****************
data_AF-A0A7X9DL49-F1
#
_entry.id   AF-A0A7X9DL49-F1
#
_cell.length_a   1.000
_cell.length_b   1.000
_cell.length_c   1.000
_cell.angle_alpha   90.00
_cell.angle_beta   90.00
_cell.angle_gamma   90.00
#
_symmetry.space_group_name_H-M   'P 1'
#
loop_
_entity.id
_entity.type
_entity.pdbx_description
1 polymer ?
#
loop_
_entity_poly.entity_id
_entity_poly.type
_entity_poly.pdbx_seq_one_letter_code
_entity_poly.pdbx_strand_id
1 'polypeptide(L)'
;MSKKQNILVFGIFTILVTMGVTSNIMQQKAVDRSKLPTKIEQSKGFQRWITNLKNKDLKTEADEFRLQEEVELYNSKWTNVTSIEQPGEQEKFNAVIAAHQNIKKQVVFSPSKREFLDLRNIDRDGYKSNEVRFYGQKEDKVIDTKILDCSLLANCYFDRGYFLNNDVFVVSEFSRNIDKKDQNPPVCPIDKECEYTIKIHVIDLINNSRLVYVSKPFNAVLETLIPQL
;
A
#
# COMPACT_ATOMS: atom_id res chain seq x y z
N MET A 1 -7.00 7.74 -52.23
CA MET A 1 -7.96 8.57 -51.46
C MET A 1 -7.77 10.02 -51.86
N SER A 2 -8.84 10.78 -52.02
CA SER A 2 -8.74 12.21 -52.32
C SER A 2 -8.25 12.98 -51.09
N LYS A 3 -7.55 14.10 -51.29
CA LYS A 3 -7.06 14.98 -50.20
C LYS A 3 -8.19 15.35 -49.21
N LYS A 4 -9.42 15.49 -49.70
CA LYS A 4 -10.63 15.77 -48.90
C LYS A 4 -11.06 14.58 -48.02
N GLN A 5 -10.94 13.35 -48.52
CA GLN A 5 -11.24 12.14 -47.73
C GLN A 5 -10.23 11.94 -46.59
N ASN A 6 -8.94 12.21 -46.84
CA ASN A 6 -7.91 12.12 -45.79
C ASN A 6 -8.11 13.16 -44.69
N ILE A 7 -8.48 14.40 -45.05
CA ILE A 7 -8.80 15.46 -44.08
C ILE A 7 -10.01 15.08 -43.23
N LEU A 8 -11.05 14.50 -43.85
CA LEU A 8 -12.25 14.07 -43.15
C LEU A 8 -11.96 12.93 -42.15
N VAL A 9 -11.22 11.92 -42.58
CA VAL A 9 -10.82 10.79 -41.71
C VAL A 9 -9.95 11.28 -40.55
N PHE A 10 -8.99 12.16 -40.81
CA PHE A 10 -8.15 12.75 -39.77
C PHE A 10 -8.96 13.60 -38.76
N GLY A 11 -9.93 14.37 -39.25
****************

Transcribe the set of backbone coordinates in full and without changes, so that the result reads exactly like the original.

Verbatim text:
data_AF-A0A7X9DL49-F1
#
_entry.id   AF-A0A7X9DL49-F1
#
_cell.length_a   1.000
_cell.length_b   1.000
_cell.length_c   1.000
_cell.angle_alpha   90.00
_cell.angle_beta   90.00
_cell.angle_gamma   90.00
#
_symmetry.space_group_name_H-M   'P 1'
#
loop_
_entity.id
_entity.type
_entity.pdbx_description
1 polymer ?
#
loop_
_entity_poly.entity_id
_entity_poly.type
_entity_poly.pdbx_seq_one_letter_code
_entity_poly.pdbx_strand_id
1 'polypeptide(L)'
;MSKKQNILVFGIFTILVTMGVTSNIMQQKAVDRSKLPTKIEQSKGFQRWITNLKNKDLKTEADEFRLQEEVELYNSKWTNVTSIEQPGEQEKFNAVIAAHQNIKKQVVFSPSKREFLDLRNIDRDGYKSNEVRFYGQKEDKVIDTKILDCSLLANCYFDRGYFLNNDVFVVSEFSRNIDKKDQNPPVCPIDKECEYTIKIHVIDLINNSRLVYVSKPFNAVLETLIPQL
;
A
#
# COMPACT_ATOMS: atom_id res chain seq x y z
N MET A 1 -7.00 7.74 -52.23
CA MET A 1 -7.96 8.57 -51.46
C MET A 1 -7.77 10.02 -51.86
N SER A 2 -8.84 10.78 -52.02
CA SER A 2 -8.74 12.21 -52.32
C SER A 2 -8.25 12.98 -51.09
N LYS A 3 -7.55 14.10 -51.29
CA LYS A 3 -7.06 14.98 -50.20
C LYS A 3 -8.19 15.35 -49.21
N LYS A 4 -9.42 15.49 -49.70
CA LYS A 4 -10.63 15.77 -48.90
C LYS A 4 -11.06 14.58 -48.02
N GLN A 5 -10.94 13.35 -48.52
CA GLN A 5 -11.24 12.14 -47.73
C GLN A 5 -10.23 11.94 -46.59
N ASN A 6 -8.94 12.21 -46.84
CA ASN A 6 -7.91 12.12 -45.79
C ASN A 6 -8.11 13.16 -44.69
N ILE A 7 -8.48 14.40 -45.05
CA ILE A 7 -8.80 15.46 -44.08
C ILE A 7 -10.01 15.08 -43.23
N LEU A 8 -11.05 14.50 -43.85
CA LEU A 8 -12.25 14.07 -43.15
C LEU A 8 -11.96 12.93 -42.15
N VAL A 9 -11.22 11.92 -42.58
CA VAL A 9 -10.82 10.79 -41.71
C VAL A 9 -9.95 11.28 -40.55
N PHE A 10 -8.99 12.16 -40.81
CA PHE A 10 -8.15 12.75 -39.77
C PHE A 10 -8.96 13.60 -38.76
N GLY A 11 -9.93 14.37 -39.25